Paulsell goes on to note that “language cannot do all the work of love.” But it was nevertheless heartening to learn that, though I have failed at the classic disciplines, I do in fact practice a spiritual discipline as I set down my thoughts here or share them from the pulpit every Sunday.

Ever since I started this blog, I’ve thought of what I do as sacramental in a way, namely that I seek to find in everyday events and things clues to God’s way with us, conveyances of the grace of God. Reading Paulsell’s article has given new energy for that endeavor, fresh confirmation that I’m on the right track.

© 2010 Tom Cheatham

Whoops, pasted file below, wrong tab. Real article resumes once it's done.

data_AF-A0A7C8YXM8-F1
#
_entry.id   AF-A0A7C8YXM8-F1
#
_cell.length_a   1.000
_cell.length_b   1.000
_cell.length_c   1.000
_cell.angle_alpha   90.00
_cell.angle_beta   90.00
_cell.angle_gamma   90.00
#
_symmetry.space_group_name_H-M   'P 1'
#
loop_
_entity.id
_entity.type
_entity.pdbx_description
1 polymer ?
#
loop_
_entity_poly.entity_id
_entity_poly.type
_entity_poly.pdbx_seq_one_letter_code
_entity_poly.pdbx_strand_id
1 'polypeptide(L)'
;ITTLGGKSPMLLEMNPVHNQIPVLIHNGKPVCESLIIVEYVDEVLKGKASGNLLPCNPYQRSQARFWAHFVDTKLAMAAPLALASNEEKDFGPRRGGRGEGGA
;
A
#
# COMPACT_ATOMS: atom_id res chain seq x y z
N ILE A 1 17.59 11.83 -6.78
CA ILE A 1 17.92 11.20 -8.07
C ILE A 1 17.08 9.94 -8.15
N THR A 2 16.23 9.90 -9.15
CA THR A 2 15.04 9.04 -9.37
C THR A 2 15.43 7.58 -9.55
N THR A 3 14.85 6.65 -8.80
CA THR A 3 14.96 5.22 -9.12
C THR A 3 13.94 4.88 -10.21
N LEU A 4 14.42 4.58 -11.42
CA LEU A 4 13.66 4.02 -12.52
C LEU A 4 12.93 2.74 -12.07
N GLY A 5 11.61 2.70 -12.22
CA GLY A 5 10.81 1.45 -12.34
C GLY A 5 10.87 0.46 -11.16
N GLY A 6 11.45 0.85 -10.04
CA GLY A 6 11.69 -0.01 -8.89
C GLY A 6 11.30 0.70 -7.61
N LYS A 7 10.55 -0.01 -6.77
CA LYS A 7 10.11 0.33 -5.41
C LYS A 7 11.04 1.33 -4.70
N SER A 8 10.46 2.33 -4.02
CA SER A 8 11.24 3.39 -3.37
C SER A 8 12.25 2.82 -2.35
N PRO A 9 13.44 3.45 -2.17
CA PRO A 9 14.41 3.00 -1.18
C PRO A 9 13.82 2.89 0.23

“Be still and know that I am God” (Psalm 46:10).

 

“And he [Jesus] said to them, ‘Pay attention to what you hear…’” (Mark 4:24).

 

While looking for bargains in the clearance section of a big box store, I found a great little book, Wine for Dummies (Pocket Edition). In fifty-five 4” x 6” pages, the authors gave me an introduction to winemaking, grape varieties, and techniques like how to properly open a bottle and how to taste wine. Regarding the last, they offered two fundamental rules: slow down and pay attention.

 

When I read that, I thought “What great advice for life in general and spiritual growth in particular!” How often have I been in too much of a hurry to notice small details that make a text come alive or add unique interest to a landscape? When did you last take the time to savor a meal or a quiet evening with a loved one? Yes, sometimes we have to move quickly and cannot linger. But that makes it all the more imperative that we take the book’s advice: slow down and pay attention.